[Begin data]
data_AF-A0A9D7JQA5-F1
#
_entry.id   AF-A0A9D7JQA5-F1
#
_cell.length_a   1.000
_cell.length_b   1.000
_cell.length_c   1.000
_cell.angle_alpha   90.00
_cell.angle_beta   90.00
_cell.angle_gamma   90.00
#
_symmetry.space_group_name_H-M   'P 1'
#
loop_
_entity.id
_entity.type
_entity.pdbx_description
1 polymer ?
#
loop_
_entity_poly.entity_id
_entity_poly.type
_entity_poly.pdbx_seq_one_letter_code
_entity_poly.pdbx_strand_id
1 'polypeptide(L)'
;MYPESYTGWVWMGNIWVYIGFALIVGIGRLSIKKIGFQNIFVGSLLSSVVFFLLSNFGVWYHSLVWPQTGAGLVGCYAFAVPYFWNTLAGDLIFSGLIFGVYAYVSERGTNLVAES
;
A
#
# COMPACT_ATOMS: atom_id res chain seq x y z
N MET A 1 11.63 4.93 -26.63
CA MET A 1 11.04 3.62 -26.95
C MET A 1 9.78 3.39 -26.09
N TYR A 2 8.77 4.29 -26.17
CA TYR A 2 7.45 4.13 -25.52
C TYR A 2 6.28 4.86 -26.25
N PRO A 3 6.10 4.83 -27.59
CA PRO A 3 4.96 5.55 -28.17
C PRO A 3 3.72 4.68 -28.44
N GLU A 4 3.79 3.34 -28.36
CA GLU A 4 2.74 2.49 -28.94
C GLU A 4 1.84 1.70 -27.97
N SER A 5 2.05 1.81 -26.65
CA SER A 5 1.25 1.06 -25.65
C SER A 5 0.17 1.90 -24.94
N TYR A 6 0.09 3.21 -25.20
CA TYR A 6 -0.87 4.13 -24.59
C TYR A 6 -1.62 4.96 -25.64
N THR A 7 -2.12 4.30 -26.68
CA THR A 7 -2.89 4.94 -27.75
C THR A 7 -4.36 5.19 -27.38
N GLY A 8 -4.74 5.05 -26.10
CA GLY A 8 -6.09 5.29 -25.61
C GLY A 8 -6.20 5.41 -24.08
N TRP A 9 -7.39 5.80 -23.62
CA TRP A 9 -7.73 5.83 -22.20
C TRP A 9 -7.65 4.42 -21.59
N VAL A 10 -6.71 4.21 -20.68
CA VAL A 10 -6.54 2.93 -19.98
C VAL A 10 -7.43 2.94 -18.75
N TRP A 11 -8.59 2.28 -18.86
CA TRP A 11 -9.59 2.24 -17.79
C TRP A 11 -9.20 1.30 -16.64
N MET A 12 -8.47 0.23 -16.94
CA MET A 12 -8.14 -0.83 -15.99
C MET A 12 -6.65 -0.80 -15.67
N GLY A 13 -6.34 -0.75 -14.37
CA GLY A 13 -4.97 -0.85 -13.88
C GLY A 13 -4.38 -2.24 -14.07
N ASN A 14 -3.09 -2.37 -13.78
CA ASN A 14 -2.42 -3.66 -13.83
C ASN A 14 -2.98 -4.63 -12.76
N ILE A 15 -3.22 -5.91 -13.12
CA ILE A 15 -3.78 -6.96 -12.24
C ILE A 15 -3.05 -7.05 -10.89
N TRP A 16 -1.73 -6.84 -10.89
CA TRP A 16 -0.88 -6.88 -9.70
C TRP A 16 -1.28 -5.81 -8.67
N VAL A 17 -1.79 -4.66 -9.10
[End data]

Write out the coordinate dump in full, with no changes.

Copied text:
data_AF-A0A9D7JQA5-F1
#
_entry.id   AF-A0A9D7JQA5-F1
#
_cell.length_a   1.000
_cell.length_b   1.000
_cell.length_c   1.000
_cell.angle_alpha   90.00
_cell.angle_beta   90.00
_cell.angle_gamma   90.00
#
_symmetry.space_group_name_H-M   'P 1'
#
loop_
_entity.id
_entity.type
_entity.pdbx_description
1 polymer ?
#
loop_
_entity_poly.entity_id
_entity_poly.type
_entity_poly.pdbx_seq_one_letter_code
_entity_poly.pdbx_strand_id
1 'polypeptide(L)'
;MYPESYTGWVWMGNIWVYIGFALIVGIGRLSIKKIGFQNIFVGSLLSSVVFFLLSNFGVWYHSLVWPQTGAGLVGCYAFAVPYFWNTLAGDLIFSGLIFGVYAYVSERGTNLVAES
;
A
#
# COMPACT_ATOMS: atom_id res chain seq x y z
N MET A 1 11.63 4.93 -26.63
CA MET A 1 11.04 3.62 -26.95
C MET A 1 9.78 3.39 -26.09
N TYR A 2 8.77 4.29 -26.17
CA TYR A 2 7.45 4.13 -25.52
C TYR A 2 6.28 4.86 -26.25
N PRO A 3 6.10 4.83 -27.59
CA PRO A 3 4.96 5.55 -28.17
C PRO A 3 3.72 4.68 -28.44
N GLU A 4 3.79 3.34 -28.36
CA GLU A 4 2.74 2.49 -28.94
C GLU A 4 1.84 1.70 -27.97
N SER A 5 2.05 1.81 -26.65
CA SER A 5 1.25 1.06 -25.65
C SER A 5 0.17 1.90 -24.94
N TYR A 6 0.09 3.21 -25.20
CA TYR A 6 -0.87 4.13 -24.59
C TYR A 6 -1.62 4.96 -25.64
N THR A 7 -2.12 4.30 -26.68
CA THR A 7 -2.89 4.94 -27.75
C THR A 7 -4.36 5.19 -27.38
N GLY A 8 -4.74 5.05 -26.10
CA GLY A 8 -6.09 5.29 -25.61
C GLY A 8 -6.20 5.41 -24.08
N TRP A 9 -7.39 5.80 -23.62
CA TRP A 9 -7.73 5.83 -22.20
C TRP A 9 -7.65 4.42 -21.59
N VAL A 10 -6.71 4.21 -20.68
CA VAL A 10 -6.54 2.93 -19.98
C VAL A 10 -7.43 2.94 -18.75
N TRP A 11 -8.59 2.28 -18.86
CA TRP A 11 -9.59 2.24 -17.79
C TRP A 11 -9.20 1.30 -16.64
N MET A 12 -8.47 0.23 -16.94
CA MET A 12 -8.14 -0.83 -15.99
C MET A 12 -6.65 -0.80 -15.67
N GLY A 13 -6.34 -0.75 -14.37
CA GLY A 13 -4.97 -0.85 -13.88
C GLY A 13 -4.38 -2.24 -14.07
N ASN A 14 -3.09 -2.37 -13.78
CA ASN A 14 -2.42 -3.66 -13.83
C ASN A 14 -2.98 -4.63 -12.76
N ILE A 15 -3.22 -5.91 -13.12
CA ILE A 15 -3.78 -6.96 -12.24
C ILE A 15 -3.05 -7.05 -10.89
N TRP A 16 -1.73 -6.84 -10.89
CA TRP A 16 -0.88 -6.88 -9.70
C TRP A 16 -1.28 -5.81 -8.67
N VAL A 17 -1.79 -4.66 -9.10